Ray’s study, achieved higher levels of college education on every measured level; Associates, Bachelors, graduate, and professional degrees (hslda, socialization). So homeschoolers not only do better during their pre-college years than public school attendees, but they also achieve more in furthering their education. A report from Canadian homeschoolers shows that they are happier and more socialized than their comparable population. A comprehensive study conducted in Canada in 1994, “Fifteen Years Later: Home-Educated Canadian Adults”, surveyed the parents of home schooled students. It found that 69% of home educated Canadians, from ages 15-34 participated in organized activities at least once a week and only 48% of the comparable population did the same. That is a 21% difference.

Surprisingly enough, 11% of Canadians rely on welfare while there were no cases of any homeschoolers relying on welfare as a primary income. The homeschooled Canadians are also happier, 23. 5% more stated that they were very happy and 96% believed that homeschooling had prepared them well for life (Washington Times). This is proof that homeschooled children can grow up to be more socially involved and self-sufficient adults than the comparable population. The statistics for American homeschooler’s is parallel in nature with the Canadian research. In Dr. Brian D. Rays study, “Homeschooling Grows Up”, he asked “Taken all together, how would you say you are these days? ” 58. % of homeschoolers stated that they were very happy, 39. 1% said they were pretty happy, and only 2% stated that they were not too happy. While only 27. 6% of general Americans could state that they were very happy, 63% stated that they were pretty happy, and 9. 4% stated they were not too happy (hslda/socialization, figure 8). In conjunction with this, when homeschoolers were asked “On the whole, how satisfied are you with the work you do? ”. 21. 7% more (than the general United States public) stated that they were “very satisfied” (hslda/socialization, Figure 10). Homeschooler’s have also proven to be much more involved in political parties, public meetings, and voting.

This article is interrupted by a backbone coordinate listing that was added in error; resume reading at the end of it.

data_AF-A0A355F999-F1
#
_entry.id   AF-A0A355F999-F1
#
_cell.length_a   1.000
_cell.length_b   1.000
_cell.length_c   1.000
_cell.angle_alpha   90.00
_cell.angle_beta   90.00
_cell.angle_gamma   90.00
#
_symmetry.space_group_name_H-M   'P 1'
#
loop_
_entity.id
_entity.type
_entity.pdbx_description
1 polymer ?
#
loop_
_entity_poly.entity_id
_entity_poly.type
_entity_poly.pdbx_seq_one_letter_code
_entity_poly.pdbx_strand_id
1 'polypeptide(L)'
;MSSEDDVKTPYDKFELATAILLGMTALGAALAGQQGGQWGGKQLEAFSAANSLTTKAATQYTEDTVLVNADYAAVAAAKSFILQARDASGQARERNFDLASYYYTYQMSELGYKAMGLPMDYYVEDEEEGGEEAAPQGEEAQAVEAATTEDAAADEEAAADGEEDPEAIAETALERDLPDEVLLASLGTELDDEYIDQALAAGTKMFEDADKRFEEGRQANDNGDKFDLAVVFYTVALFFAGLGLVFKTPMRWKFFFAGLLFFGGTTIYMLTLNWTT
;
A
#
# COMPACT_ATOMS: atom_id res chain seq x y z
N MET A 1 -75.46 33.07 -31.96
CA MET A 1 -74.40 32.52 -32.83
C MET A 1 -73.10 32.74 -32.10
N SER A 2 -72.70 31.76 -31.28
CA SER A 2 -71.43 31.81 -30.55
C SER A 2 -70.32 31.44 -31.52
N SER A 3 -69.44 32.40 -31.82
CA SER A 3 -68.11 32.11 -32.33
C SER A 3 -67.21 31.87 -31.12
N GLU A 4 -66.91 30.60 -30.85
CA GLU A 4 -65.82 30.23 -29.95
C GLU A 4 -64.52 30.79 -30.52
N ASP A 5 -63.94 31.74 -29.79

They also believe more in hard work than luck in being able to get ahead than the general United States public (hslda/socialization, Figure 12). These statistics cannot be denied. Homeschoolers are much happier and more satisfied than most Americans. While you may not be able to avoid state taxes on education or paying for home schooling materials, you can avoid the lifelong costs that public education can bring to the table. The gift of a better education through your love and attention is what children need the most of to grow up and be strong, successful adults. Everyone is not in a position where they are able to homeschool their children, but I believe that if there is a will, there is a way.